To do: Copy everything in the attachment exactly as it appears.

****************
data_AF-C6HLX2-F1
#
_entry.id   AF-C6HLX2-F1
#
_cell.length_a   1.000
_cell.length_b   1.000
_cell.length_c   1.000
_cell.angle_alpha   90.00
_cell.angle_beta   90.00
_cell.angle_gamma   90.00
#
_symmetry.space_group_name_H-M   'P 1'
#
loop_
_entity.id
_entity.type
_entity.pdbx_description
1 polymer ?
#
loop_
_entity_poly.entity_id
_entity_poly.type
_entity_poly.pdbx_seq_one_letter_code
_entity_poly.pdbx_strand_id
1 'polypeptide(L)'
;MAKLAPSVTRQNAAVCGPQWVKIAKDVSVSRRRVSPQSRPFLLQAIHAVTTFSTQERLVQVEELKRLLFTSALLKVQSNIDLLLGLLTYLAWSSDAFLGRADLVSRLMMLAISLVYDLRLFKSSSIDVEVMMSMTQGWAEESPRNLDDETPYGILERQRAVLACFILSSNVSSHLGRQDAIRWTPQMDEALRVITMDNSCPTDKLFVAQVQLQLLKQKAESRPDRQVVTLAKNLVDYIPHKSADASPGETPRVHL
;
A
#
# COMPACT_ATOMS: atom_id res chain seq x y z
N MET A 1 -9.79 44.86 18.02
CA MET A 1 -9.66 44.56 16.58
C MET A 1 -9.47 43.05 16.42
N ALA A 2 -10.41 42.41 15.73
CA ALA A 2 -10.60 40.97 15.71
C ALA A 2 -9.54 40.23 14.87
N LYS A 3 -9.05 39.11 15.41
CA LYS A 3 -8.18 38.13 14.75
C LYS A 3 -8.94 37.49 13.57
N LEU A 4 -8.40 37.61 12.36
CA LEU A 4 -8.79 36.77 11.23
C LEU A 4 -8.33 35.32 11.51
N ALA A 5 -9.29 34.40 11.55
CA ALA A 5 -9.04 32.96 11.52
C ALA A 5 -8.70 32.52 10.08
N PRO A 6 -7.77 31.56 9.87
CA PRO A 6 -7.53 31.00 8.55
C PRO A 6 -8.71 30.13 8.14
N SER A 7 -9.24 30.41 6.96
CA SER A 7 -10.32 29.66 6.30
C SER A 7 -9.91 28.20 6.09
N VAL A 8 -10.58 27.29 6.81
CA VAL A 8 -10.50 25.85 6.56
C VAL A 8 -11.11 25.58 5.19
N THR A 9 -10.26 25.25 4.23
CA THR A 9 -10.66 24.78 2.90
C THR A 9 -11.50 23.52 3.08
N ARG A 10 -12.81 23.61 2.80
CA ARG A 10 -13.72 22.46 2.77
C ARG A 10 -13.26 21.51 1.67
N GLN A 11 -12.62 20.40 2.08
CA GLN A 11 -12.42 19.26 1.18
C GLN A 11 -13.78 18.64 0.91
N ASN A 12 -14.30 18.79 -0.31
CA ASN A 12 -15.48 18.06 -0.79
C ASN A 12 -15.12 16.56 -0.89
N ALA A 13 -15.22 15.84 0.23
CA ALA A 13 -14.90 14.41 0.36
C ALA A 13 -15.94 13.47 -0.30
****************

data_AF-C6HLX2-F1
#
_entry.id   AF-C6HLX2-F1
#
_cell.length_a   1.000
_cell.length_b   1.000
_cell.length_c   1.000
_cell.angle_alpha   90.00
_cell.angle_beta   90.00
_cell.angle_gamma   90.00
#
_symmetry.space_group_name_H-M   'P 1'
#
loop_
_entity.id
_entity.type
_entity.pdbx_description
1 polymer ?
#
loop_
_entity_poly.entity_id
_entity_poly.type
_entity_poly.pdbx_seq_one_letter_code
_entity_poly.pdbx_strand_id
1 'polypeptide(L)'
;MAKLAPSVTRQNAAVCGPQWVKIAKDVSVSRRRVSPQSRPFLLQAIHAVTTFSTQERLVQVEELKRLLFTSALLKVQSNIDLLLGLLTYLAWSSDAFLGRADLVSRLMMLAISLVYDLRLFKSSSIDVEVMMSMTQGWAEESPRNLDDETPYGILERQRAVLACFILSSNVSSHLGRQDAIRWTPQMDEALRVITMDNSCPTDKLFVAQVQLQLLKQKAESRPDRQVVTLAKNLVDYIPHKSADASPGETPRVHL
;
A
#
# COMPACT_ATOMS: atom_id res chain seq x y z
N MET A 1 -9.79 44.86 18.02
CA MET A 1 -9.66 44.56 16.58
C MET A 1 -9.47 43.05 16.42
N ALA A 2 -10.41 42.41 15.73
CA ALA A 2 -10.60 40.97 15.71
C ALA A 2 -9.54 40.23 14.87
N LYS A 3 -9.05 39.11 15.41
CA LYS A 3 -8.18 38.13 14.75
C LYS A 3 -8.94 37.49 13.57
N LEU A 4 -8.40 37.61 12.36
CA LEU A 4 -8.79 36.77 11.23
C LEU A 4 -8.33 35.32 11.51
N ALA A 5 -9.29 34.40 11.55
CA ALA A 5 -9.04 32.96 11.52
C ALA A 5 -8.70 32.52 10.08
N PRO A 6 -7.77 31.56 9.87
CA PRO A 6 -7.53 31.00 8.55
C PRO A 6 -8.71 30.13 8.14
N SER A 7 -9.24 30.41 6.96
CA SER A 7 -10.32 29.66 6.30
C SER A 7 -9.91 28.20 6.09
N VAL A 8 -10.58 27.29 6.81
CA VAL A 8 -10.50 25.85 6.56
C VAL A 8 -11.11 25.58 5.19
N THR A 9 -10.26 25.25 4.23
CA THR A 9 -10.66 24.78 2.90
C THR A 9 -11.50 23.52 3.08
N ARG A 10 -12.81 23.61 2.80
CA ARG A 10 -13.72 22.46 2.77
C ARG A 10 -13.26 21.51 1.67
N GLN A 11 -12.62 20.40 2.08
CA GLN A 11 -12.42 19.26 1.18
C GLN A 11 -13.78 18.64 0.91
N ASN A 12 -14.30 18.79 -0.31
CA ASN A 12 -15.48 18.06 -0.79
C ASN A 12 -15.12 16.56 -0.89
N ALA A 13 -15.22 15.84 0.23
CA ALA A 13 -14.90 14.41 0.36
C ALA A 13 -15.94 13.47 -0.30